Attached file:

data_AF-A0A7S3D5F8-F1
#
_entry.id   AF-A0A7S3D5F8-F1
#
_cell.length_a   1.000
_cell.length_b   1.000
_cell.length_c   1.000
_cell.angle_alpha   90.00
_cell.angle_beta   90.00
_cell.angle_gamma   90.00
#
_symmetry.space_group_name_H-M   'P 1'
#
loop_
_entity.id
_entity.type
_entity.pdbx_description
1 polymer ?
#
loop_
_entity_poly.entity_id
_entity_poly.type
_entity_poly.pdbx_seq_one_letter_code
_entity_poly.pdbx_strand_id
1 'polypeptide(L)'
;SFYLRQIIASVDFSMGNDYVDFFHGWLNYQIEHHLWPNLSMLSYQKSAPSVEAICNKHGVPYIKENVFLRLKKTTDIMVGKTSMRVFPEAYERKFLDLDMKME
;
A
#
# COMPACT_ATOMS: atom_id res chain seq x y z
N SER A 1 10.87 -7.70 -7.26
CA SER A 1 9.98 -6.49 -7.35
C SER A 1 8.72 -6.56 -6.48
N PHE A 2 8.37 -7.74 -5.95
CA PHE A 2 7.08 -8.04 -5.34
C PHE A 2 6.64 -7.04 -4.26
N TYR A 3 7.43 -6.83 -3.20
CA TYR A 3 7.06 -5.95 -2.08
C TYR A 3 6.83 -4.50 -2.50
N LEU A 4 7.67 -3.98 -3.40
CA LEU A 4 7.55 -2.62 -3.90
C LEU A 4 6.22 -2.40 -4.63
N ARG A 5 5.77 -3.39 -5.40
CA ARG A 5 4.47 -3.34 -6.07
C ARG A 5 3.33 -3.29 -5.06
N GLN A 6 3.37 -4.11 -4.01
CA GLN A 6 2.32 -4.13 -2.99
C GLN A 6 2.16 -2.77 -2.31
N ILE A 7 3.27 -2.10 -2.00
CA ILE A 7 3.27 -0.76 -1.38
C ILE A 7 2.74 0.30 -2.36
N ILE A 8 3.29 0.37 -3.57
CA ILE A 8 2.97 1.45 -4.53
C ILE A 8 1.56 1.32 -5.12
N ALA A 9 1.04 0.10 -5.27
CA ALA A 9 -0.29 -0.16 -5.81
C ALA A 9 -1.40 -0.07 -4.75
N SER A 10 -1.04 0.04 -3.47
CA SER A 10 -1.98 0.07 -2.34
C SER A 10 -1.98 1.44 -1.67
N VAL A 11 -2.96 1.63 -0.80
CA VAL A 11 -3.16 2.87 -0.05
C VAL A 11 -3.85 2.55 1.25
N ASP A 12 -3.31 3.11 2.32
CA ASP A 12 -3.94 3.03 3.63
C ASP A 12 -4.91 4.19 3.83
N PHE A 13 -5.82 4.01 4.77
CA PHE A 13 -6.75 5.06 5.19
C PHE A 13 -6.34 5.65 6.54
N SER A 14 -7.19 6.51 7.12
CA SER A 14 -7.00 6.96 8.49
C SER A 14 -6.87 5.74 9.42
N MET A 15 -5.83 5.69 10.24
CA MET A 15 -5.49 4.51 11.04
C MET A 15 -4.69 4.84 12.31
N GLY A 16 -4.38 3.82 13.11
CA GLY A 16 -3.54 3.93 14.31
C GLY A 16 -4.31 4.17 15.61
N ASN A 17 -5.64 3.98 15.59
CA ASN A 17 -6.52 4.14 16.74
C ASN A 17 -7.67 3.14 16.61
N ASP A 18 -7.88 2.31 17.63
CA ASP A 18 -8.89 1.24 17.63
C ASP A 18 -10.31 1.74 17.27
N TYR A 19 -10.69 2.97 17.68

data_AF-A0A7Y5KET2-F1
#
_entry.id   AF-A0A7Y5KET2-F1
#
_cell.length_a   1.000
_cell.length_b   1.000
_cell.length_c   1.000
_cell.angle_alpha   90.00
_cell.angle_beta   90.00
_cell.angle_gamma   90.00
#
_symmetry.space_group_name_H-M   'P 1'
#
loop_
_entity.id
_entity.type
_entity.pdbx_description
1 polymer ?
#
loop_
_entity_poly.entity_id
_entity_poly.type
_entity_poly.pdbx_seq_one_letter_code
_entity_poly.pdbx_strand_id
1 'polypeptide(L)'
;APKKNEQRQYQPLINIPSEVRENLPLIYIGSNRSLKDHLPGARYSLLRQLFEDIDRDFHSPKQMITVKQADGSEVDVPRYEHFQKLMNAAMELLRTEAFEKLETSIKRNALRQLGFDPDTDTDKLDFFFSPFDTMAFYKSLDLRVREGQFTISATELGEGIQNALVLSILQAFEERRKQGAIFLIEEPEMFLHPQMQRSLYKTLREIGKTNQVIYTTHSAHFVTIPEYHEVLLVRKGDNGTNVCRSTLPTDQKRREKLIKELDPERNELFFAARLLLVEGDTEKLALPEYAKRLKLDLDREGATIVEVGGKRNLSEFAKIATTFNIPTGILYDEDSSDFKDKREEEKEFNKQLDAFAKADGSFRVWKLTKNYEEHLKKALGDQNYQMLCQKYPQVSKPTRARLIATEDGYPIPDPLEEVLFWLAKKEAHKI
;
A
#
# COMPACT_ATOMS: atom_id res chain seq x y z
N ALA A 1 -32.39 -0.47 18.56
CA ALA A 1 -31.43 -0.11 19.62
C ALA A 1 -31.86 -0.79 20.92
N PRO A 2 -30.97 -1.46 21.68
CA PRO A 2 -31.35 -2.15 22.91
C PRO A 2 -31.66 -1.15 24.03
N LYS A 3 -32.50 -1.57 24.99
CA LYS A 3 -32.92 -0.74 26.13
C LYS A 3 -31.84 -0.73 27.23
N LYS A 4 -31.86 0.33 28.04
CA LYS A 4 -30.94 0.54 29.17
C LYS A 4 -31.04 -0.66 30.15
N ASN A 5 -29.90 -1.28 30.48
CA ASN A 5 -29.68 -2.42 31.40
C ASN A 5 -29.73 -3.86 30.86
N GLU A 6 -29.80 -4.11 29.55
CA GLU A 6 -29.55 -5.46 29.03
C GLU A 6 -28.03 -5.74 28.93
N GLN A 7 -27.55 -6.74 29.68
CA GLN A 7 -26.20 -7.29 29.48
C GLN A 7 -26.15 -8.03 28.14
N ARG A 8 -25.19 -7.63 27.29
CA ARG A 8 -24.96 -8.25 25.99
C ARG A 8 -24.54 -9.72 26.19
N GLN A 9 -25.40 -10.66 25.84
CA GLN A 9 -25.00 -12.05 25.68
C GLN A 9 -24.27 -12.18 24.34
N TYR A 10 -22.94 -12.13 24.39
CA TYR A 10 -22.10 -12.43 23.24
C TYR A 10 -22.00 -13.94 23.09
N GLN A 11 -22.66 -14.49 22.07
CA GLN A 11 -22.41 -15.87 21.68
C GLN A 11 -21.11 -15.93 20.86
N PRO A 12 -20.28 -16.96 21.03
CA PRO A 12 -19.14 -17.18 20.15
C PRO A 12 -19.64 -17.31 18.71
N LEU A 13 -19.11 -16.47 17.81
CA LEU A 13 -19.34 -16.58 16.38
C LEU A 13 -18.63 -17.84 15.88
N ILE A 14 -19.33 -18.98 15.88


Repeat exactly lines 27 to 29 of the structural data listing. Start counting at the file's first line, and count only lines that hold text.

;
A
#